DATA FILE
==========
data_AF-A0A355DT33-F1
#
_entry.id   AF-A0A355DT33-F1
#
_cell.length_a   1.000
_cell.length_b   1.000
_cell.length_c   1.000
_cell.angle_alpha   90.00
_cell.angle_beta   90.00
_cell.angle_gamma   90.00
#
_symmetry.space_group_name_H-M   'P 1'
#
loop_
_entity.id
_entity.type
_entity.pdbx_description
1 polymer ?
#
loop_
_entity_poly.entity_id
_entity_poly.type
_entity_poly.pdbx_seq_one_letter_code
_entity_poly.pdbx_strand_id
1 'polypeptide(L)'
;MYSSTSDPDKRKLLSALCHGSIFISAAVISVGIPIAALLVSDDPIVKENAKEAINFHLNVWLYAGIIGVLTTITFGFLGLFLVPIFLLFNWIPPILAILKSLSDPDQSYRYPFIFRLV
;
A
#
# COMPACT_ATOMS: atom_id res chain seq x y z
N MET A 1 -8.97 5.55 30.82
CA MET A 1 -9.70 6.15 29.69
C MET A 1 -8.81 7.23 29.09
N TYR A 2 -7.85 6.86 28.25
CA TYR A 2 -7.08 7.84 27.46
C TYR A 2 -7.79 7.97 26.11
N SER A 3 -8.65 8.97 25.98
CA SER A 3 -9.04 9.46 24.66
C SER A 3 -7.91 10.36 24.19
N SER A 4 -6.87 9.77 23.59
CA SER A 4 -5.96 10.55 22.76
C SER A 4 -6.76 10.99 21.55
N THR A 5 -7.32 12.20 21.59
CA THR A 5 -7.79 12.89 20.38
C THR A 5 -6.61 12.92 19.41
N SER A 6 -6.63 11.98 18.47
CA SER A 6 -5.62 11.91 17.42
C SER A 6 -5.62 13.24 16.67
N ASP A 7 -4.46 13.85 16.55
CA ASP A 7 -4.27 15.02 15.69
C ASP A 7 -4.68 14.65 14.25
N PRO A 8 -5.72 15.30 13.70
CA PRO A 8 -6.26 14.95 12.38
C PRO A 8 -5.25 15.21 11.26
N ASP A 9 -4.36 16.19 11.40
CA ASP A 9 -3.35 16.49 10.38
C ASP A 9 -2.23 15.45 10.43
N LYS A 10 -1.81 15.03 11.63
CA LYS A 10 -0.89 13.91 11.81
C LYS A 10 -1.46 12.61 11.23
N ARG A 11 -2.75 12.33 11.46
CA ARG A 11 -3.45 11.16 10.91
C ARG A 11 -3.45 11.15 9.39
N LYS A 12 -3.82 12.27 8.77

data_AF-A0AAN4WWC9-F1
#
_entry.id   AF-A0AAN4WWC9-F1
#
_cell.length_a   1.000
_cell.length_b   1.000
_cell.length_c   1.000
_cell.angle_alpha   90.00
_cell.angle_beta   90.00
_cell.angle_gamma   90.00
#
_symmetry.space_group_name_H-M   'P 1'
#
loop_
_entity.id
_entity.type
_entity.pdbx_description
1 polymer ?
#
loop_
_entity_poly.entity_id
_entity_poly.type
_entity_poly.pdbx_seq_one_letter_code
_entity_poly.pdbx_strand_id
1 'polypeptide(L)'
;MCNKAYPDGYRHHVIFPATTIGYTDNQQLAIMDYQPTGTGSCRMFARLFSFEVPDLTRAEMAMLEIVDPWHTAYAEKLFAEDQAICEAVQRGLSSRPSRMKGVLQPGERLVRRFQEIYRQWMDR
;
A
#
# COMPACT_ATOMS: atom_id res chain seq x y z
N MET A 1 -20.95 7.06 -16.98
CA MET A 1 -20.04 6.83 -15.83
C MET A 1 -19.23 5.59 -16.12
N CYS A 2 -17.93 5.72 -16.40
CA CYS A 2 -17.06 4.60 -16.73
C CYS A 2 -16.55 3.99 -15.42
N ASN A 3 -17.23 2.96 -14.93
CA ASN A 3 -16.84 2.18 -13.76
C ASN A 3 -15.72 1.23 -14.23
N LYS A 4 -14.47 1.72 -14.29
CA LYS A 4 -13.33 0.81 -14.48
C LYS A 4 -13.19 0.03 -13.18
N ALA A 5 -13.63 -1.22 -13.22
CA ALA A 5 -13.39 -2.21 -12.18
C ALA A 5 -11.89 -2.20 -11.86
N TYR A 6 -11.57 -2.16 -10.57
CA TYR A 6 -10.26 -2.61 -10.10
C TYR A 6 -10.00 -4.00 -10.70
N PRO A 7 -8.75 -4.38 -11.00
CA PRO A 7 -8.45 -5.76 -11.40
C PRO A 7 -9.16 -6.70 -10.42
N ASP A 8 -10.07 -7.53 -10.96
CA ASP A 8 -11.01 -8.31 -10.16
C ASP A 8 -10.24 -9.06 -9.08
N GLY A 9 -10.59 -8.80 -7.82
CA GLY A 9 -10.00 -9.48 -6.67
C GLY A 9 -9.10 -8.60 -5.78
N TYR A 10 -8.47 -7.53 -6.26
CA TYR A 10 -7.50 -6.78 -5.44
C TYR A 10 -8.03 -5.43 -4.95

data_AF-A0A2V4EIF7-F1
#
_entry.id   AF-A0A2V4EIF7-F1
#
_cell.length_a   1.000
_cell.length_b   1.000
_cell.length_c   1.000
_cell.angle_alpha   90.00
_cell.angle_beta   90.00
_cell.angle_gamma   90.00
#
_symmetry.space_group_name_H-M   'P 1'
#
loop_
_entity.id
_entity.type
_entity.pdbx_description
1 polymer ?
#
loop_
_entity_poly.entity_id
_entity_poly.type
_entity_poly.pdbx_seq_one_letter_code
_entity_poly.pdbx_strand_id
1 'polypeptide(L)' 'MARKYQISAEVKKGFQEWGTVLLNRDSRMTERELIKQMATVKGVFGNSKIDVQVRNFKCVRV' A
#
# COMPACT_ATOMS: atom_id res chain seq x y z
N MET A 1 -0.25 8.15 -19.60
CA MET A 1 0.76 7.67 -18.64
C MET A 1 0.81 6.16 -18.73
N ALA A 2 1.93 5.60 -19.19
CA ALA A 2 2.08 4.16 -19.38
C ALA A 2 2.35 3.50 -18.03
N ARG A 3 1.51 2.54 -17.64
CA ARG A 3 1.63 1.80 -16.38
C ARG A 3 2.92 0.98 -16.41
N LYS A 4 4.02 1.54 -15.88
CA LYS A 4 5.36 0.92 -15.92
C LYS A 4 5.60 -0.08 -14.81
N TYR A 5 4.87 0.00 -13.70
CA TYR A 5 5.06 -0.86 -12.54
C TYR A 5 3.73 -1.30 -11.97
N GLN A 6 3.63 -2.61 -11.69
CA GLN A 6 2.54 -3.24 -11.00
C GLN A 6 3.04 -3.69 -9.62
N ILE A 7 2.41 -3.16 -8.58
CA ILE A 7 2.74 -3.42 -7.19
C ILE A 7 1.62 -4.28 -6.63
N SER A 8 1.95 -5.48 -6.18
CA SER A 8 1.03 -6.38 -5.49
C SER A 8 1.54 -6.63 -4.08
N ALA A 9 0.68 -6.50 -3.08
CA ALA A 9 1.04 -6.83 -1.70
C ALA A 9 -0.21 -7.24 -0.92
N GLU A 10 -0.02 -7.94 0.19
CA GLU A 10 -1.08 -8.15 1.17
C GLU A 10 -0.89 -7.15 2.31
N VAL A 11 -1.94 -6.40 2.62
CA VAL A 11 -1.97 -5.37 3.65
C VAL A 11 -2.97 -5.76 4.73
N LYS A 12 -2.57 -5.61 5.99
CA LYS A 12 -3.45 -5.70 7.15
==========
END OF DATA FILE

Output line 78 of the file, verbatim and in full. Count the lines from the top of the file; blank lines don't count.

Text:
loop_